Massive sophomore effort on Splendor & Squalour, the imprint Brame & Hamo have been running since the pair moved to Berlin. Hamo's flying solo and letting his love for hiphop fully shine through on 'The Cotton Club' EP. And while fusing square MPC beats, rimshots and hiphop antics with dusty deephouse seems to be the hip thing to do these days (I always wonder if there's memos and TPS reports going round in 'the industry'), Brame & Hamo were championing this vibe alongside contemporaries like Graef and Hodini way before the hipsters and copycats cottoned on. I went to see them play in Amsterdam a while ago and they dropped some killer vintage hiphop (think 90's Tribe) mid-set; these dudes are the real deal.
The Cotton Club is a pearl of an EP too, arguably Hamo's best work to date. The dusty title track on the A with its driving snare, dusty rhodes, mellow guitar strumming and moody strings is killer club fodder that will find its way into sets of both disco and deep house aficionados. 'Wonce', also on the A, sounds like Mos Def in his Black Star days trying his hand at 4/4. A massive double kick, gloopy basement and vintage scratch samples. It all just works so well together, love it when a producer has the ability to make things sound easy when they're anything but.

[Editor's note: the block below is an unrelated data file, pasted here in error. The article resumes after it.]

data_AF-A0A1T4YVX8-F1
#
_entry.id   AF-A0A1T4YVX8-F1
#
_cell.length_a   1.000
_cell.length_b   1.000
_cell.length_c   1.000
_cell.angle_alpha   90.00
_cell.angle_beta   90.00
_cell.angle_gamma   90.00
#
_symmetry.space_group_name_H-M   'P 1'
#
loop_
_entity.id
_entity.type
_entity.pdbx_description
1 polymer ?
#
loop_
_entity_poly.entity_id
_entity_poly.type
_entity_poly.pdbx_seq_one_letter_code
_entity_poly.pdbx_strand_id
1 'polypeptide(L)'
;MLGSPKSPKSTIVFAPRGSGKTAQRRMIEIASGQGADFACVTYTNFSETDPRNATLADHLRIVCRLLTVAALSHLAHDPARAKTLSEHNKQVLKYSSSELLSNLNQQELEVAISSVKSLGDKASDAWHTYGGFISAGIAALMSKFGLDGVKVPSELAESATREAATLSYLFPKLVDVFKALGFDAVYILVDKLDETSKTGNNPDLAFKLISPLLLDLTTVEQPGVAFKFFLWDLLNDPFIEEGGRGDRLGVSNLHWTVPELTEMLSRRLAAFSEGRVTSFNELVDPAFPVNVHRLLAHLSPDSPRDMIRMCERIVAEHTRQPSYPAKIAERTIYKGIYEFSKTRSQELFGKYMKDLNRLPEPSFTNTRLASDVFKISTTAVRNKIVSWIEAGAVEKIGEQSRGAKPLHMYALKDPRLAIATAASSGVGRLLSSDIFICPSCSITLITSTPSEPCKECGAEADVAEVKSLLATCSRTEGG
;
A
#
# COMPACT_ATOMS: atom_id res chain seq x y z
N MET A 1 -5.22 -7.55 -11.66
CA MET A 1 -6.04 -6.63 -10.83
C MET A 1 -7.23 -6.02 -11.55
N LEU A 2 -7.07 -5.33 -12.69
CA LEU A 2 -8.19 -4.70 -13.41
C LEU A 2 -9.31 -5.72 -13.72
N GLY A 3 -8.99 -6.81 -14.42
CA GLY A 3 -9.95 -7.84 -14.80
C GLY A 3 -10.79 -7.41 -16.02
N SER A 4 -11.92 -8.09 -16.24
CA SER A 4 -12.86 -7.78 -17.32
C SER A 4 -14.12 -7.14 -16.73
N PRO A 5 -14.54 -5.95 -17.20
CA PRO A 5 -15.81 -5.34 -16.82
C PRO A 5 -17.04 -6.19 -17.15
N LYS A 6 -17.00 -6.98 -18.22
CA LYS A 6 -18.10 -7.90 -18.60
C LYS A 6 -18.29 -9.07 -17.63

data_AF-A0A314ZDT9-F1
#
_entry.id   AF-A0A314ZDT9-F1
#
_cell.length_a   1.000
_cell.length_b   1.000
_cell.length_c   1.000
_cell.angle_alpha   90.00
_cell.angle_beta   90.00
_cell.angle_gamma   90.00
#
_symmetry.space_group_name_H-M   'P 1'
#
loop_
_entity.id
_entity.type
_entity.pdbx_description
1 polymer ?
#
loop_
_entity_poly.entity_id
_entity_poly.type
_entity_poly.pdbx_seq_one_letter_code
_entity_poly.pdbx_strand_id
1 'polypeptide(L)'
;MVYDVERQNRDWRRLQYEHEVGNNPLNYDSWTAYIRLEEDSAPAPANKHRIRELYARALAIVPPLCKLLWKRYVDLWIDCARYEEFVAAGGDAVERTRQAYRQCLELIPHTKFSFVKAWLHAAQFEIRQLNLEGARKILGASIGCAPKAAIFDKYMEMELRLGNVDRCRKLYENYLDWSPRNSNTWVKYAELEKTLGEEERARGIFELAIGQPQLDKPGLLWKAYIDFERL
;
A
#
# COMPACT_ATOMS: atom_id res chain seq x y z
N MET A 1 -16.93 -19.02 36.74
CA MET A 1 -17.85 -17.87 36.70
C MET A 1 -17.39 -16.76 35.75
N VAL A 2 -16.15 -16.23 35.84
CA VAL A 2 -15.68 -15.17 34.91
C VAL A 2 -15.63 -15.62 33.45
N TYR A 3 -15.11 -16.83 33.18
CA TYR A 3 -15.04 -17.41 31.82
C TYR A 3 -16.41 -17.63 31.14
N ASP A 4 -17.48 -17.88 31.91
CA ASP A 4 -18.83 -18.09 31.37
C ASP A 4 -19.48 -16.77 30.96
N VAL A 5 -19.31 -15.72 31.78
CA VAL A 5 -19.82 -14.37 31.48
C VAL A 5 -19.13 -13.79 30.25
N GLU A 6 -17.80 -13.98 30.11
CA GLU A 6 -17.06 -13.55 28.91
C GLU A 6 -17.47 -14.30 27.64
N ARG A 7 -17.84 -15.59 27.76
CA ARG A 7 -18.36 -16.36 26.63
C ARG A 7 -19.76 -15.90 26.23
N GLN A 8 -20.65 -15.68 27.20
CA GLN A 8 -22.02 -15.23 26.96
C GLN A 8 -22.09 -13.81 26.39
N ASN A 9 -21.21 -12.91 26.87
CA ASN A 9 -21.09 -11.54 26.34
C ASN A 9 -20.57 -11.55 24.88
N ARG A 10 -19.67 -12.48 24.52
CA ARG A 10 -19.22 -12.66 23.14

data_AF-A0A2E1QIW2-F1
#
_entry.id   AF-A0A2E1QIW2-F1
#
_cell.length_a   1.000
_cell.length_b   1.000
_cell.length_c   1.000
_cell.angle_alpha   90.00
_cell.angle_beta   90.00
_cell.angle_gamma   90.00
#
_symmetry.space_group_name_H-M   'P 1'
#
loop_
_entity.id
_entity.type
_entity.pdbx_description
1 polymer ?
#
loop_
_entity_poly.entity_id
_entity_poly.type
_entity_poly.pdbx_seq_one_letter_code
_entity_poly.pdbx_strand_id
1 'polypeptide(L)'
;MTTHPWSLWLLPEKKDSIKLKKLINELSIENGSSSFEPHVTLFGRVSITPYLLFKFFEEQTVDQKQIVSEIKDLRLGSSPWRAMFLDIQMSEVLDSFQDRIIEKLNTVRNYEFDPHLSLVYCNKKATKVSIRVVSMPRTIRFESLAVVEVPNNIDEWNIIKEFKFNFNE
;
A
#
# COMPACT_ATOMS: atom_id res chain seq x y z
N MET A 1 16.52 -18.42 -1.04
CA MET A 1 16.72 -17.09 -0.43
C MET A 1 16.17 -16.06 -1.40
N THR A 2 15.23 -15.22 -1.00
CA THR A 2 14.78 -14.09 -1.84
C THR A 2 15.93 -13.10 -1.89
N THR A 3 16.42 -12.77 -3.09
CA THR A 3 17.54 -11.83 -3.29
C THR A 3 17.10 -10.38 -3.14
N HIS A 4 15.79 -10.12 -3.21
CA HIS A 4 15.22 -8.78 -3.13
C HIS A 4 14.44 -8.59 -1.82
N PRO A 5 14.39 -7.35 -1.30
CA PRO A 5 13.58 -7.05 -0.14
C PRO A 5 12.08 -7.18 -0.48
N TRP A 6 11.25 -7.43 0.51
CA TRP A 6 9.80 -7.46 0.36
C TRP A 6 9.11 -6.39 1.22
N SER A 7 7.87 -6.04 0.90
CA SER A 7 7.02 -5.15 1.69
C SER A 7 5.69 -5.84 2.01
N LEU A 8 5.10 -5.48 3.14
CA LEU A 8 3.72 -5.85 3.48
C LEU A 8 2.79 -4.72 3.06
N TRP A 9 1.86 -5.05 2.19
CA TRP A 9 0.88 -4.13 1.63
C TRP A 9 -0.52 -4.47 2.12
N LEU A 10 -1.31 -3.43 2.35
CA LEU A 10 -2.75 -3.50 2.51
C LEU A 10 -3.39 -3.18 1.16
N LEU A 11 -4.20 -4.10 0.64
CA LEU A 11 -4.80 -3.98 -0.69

Hamo welcomes MC 'This Side Up' on In Control, a smooth chunk of hiphop spiced up by his Irish lyricist pal. Kickflip Mike (part of the Box Aus Holz crew) gets to remix Wonce and turns in a dark and pounding version that ditches most of the samples and soul of the original in favor of a fierce techno stomper. Not for me this, but it's commendable to see that Brame & Hamo have the cojones to release curveballs as well. The Black Lodge rounds things off nicely with its driving hats, murderous baseline and muted trumpet stabs.
Killer record by a producer very much on top of his game. Go get one, you know you want it.